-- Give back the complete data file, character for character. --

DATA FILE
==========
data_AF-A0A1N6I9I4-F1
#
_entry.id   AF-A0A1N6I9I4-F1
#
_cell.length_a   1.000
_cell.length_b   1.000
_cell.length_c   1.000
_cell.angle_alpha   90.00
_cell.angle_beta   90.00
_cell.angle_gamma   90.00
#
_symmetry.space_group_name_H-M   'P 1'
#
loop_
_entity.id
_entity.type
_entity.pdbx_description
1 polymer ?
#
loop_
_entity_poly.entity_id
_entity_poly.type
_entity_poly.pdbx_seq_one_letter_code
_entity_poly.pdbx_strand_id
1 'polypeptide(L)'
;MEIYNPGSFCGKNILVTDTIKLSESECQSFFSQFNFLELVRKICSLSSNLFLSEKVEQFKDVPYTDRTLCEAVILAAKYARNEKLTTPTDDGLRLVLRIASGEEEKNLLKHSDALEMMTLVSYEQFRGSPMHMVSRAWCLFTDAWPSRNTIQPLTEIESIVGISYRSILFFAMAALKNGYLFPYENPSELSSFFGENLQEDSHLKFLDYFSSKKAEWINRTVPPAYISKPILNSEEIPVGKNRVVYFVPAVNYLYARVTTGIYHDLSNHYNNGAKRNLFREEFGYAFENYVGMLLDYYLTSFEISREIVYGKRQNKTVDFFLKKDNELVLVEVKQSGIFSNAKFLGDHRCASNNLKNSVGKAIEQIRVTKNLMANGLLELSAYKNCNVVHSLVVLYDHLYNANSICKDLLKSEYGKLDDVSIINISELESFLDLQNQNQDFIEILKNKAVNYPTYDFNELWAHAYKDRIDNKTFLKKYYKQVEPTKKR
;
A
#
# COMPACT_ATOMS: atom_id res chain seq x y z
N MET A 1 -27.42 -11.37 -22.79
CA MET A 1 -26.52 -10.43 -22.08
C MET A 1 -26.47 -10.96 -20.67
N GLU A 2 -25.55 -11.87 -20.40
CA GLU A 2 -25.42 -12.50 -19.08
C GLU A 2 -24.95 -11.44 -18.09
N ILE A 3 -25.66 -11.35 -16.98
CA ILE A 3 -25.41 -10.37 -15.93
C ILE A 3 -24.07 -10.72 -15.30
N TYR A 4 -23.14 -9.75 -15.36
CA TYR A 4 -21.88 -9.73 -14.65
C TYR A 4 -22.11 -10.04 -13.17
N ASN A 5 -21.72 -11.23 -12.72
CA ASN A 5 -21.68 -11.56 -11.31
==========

data_AF-A0A1N6I9I4-F1
#
_entry.id   AF-A0A1N6I9I4-F1
#
_cell.length_a   1.000
_cell.length_b   1.000
_cell.length_c   1.000
_cell.angle_alpha   90.00
_cell.angle_beta   90.00
_cell.angle_gamma   90.00
#
_symmetry.space_group_name_H-M   'P 1'
#
loop_
_entity.id
_entity.type
_entity.pdbx_description
1 polymer ?
#
loop_
_entity_poly.entity_id
_entity_poly.type
_entity_poly.pdbx_seq_one_letter_code
_entity_poly.pdbx_strand_id
1 'polypeptide(L)'
;MEIYNPGSFCGKNILVTDTIKLSESECQSFFSQFNFLELVRKICSLSSNLFLSEKVEQFKDVPYTDRTLCEAVILAAKYARNEKLTTPTDDGLRLVLRIASGEEEKNLLKHSDALEMMTLVSYEQFRGSPMHMVSRAWCLFTDAWPSRNTIQPLTEIESIVGISYRSILFFAMAALKNGYLFPYENPSELSSFFGENLQEDSHLKFLDYFSSKKAEWINRTVPPAYISKPILNSEEIPVGKNRVVYFVPAVNYLYARVTTGIYHDLSNHYNNGAKRNLFREEFGYAFENYVGMLLDYYLTSFEISREIVYGKRQNKTVDFFLKKDNELVLVEVKQSGIFSNAKFLGDHRCASNNLKNSVGKAIEQIRVTKNLMANGLLELSAYKNCNVVHSLVVLYDHLYNANSICKDLLKSEYGKLDDVSIINISELESFLDLQNQNQDFIEILKNKAVNYPTYDFNELWAHAYKDRIDNKTFLKKYYKQVEPTKKR
;
A
#
# COMPACT_ATOMS: atom_id res chain seq x y z
N MET A 1 -27.42 -11.37 -22.79
CA MET A 1 -26.52 -10.43 -22.08
C MET A 1 -26.47 -10.96 -20.67
N GLU A 2 -25.55 -11.87 -20.40
CA GLU A 2 -25.42 -12.50 -19.08
C GLU A 2 -24.95 -11.44 -18.09
N ILE A 3 -25.66 -11.35 -16.98
CA ILE A 3 -25.41 -10.37 -15.93
C ILE A 3 -24.07 -10.72 -15.30
N TYR A 4 -23.14 -9.75 -15.36
CA TYR A 4 -21.88 -9.73 -14.65
C TYR A 4 -22.11 -10.04 -13.17
N ASN A 5 -21.72 -11.23 -12.72
CA ASN A 5 -21.68 -11.56 -11.31